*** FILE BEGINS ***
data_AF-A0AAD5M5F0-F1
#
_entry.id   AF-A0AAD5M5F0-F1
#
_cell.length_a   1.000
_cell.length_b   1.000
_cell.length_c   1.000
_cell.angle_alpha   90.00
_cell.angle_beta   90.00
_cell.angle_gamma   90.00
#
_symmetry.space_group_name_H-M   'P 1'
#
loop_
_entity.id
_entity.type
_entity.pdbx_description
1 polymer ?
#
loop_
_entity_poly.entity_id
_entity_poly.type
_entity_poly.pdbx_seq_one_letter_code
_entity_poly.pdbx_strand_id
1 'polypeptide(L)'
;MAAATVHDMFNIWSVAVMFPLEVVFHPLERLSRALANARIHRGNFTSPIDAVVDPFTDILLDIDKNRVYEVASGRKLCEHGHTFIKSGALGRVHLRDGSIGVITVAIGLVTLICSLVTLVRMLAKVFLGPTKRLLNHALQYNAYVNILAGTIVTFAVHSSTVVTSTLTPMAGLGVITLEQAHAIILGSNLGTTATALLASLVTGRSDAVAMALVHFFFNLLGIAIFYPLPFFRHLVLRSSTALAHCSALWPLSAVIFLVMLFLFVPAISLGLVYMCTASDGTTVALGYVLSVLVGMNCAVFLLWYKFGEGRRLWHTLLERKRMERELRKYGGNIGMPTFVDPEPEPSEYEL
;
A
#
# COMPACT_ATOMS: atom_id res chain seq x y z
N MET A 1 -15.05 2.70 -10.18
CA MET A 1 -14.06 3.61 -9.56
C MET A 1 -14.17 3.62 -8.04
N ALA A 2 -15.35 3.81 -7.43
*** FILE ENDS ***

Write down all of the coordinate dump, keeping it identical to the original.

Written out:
data_AF-A0AAD5M5F0-F1
#
_entry.id   AF-A0AAD5M5F0-F1
#
_cell.length_a   1.000
_cell.length_b   1.000
_cell.length_c   1.000
_cell.angle_alpha   90.00
_cell.angle_beta   90.00
_cell.angle_gamma   90.00
#
_symmetry.space_group_name_H-M   'P 1'
#
loop_
_entity.id
_entity.type
_entity.pdbx_description
1 polymer ?
#
loop_
_entity_poly.entity_id
_entity_poly.type
_entity_poly.pdbx_seq_one_letter_code
_entity_poly.pdbx_strand_id
1 'polypeptide(L)'
;MAAATVHDMFNIWSVAVMFPLEVVFHPLERLSRALANARIHRGNFTSPIDAVVDPFTDILLDIDKNRVYEVASGRKLCEHGHTFIKSGALGRVHLRDGSIGVITVAIGLVTLICSLVTLVRMLAKVFLGPTKRLLNHALQYNAYVNILAGTIVTFAVHSSTVVTSTLTPMAGLGVITLEQAHAIILGSNLGTTATALLASLVTGRSDAVAMALVHFFFNLLGIAIFYPLPFFRHLVLRSSTALAHCSALWPLSAVIFLVMLFLFVPAISLGLVYMCTASDGTTVALGYVLSVLVGMNCAVFLLWYKFGEGRRLWHTLLERKRMERELRKYGGNIGMPTFVDPEPEPSEYEL
;
A
#
# COMPACT_ATOMS: atom_id res chain seq x y z
N MET A 1 -15.05 2.70 -10.18
CA MET A 1 -14.06 3.61 -9.56
C MET A 1 -14.17 3.62 -8.04
N ALA A 2 -15.35 3.81 -7.43